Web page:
Parents at Lutheran General Hospital are keen on the idea of reducing the potential for human error.
"It's wonderful. You can never have enough security with a new baby. I feel very safe that they're checking both me, my husband, and my son. I feel tremendous" Stacy Leber, new mom.
Bar code strips are placed on the newborn baby's ankle and wrist, another goes on the mother and a fourth on the father.
The technology, called 'Kid-Match', gives off a sound that indicates if the baby is matched correctly.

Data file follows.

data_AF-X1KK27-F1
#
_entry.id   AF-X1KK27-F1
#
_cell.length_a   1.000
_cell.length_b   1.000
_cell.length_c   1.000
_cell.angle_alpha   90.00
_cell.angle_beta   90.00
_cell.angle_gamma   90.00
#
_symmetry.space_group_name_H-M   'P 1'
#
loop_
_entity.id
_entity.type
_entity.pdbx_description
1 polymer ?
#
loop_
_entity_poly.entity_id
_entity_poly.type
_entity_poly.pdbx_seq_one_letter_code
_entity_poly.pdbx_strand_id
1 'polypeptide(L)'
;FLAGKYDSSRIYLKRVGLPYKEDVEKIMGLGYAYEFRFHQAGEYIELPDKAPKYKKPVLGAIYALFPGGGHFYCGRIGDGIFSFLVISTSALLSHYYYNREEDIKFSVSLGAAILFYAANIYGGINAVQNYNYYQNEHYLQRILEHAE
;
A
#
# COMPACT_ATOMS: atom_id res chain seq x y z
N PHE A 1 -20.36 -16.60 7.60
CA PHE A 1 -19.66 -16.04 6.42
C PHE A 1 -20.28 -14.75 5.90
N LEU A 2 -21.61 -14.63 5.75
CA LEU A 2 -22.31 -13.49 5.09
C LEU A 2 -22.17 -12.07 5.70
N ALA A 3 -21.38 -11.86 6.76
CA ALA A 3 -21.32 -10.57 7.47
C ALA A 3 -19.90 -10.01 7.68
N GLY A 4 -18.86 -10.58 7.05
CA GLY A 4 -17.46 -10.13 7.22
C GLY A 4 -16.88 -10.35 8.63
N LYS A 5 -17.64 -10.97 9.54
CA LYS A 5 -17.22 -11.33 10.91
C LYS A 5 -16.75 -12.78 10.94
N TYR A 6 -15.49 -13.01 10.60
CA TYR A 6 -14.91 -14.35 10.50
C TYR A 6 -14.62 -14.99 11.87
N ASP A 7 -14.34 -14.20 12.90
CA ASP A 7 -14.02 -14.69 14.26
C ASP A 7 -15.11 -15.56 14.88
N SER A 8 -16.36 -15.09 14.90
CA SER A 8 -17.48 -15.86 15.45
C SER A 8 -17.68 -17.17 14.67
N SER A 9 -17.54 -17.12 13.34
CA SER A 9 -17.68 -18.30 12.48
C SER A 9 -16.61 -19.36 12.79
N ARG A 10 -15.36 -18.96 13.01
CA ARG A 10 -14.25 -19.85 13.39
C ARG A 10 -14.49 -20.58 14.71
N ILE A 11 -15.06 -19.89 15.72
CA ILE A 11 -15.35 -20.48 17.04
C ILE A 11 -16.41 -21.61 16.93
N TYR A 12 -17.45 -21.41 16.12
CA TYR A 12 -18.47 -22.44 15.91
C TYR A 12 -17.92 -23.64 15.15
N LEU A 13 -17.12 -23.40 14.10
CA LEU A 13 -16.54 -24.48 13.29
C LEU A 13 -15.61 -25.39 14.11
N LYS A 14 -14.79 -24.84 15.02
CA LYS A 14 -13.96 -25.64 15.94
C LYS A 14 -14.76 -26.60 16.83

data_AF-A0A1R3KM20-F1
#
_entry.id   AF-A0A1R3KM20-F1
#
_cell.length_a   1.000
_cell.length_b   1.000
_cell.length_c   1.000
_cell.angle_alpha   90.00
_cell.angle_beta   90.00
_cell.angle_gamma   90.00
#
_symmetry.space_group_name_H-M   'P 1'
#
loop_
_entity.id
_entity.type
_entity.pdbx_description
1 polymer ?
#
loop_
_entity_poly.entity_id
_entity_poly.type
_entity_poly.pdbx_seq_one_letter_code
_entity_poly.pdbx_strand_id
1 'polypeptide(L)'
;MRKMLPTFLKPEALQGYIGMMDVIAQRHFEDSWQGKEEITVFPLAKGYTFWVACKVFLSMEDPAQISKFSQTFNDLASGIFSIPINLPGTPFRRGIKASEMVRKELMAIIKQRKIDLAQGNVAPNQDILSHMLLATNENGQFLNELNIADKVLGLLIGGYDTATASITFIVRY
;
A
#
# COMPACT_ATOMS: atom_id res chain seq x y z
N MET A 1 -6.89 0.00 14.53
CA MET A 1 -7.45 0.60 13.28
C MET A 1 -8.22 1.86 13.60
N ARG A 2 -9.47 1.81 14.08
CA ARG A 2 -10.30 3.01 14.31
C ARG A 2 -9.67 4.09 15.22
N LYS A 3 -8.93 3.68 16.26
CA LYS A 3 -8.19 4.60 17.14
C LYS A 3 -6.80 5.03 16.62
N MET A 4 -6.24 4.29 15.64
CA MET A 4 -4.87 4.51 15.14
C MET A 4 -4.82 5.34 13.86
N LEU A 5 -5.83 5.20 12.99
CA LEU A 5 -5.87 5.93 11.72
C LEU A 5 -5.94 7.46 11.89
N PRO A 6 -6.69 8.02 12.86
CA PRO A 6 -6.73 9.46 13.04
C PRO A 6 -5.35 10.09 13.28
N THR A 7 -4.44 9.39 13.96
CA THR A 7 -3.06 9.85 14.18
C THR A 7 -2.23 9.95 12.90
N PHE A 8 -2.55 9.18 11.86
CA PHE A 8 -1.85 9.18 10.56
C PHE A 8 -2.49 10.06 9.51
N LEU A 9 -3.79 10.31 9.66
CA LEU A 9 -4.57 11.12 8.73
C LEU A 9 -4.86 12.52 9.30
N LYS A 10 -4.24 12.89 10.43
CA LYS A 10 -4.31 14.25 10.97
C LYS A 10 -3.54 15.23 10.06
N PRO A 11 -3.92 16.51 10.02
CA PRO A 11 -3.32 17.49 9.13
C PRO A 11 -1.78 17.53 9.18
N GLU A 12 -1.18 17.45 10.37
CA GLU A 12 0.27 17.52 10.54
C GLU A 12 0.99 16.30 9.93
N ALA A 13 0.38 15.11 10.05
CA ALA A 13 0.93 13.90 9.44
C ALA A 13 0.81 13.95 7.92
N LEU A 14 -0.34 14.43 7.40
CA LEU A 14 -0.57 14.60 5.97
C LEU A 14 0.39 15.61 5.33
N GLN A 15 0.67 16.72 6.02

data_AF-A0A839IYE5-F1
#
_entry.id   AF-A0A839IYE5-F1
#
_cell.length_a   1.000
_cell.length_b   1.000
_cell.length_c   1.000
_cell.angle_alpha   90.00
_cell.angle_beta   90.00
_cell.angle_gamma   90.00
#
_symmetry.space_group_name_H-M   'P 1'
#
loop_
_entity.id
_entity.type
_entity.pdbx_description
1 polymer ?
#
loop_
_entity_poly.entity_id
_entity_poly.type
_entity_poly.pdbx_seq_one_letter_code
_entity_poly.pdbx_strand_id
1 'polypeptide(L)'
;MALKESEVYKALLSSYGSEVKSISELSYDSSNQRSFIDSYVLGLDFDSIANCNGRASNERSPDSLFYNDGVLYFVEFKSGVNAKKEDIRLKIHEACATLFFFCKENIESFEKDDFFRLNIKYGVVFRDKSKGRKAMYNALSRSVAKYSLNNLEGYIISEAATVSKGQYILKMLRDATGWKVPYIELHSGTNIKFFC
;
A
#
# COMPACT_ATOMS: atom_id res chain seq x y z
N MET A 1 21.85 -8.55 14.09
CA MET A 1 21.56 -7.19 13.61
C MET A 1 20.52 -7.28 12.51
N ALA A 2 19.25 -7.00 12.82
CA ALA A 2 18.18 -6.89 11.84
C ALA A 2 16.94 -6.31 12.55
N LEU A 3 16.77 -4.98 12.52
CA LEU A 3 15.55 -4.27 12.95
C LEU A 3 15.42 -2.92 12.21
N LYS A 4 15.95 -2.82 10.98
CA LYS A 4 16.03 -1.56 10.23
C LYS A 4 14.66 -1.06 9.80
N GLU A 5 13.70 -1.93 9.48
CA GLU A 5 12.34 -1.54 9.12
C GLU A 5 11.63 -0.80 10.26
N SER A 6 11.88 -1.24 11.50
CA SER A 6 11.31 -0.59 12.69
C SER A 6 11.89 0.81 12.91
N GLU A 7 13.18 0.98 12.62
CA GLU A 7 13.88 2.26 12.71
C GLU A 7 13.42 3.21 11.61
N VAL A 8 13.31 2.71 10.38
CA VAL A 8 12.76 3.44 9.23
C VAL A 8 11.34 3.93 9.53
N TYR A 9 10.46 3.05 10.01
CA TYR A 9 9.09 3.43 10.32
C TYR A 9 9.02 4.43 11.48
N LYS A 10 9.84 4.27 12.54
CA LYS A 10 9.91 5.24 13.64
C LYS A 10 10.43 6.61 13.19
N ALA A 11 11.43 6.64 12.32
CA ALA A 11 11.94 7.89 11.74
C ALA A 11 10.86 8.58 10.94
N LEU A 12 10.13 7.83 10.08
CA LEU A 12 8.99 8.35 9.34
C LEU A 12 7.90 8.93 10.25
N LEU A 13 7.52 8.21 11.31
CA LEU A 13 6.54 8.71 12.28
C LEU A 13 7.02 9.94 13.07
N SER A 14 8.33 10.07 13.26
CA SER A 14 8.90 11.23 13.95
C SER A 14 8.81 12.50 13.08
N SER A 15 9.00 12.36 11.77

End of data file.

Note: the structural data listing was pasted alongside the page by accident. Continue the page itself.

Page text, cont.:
"It is estimated that there are approximately 23,000 switching incidents that occur in hospitals across the country annually," said Lisa Murphy of Premier Medical Products, the manufacturer of 'Kid-Match'.
"We felt that is was a real good idea to try to make everyone feel comfortable and reassured," said Edward Linn of Lutheran General Hospital.
So far, the barcoding method is a sweet sound to a new mother's ears.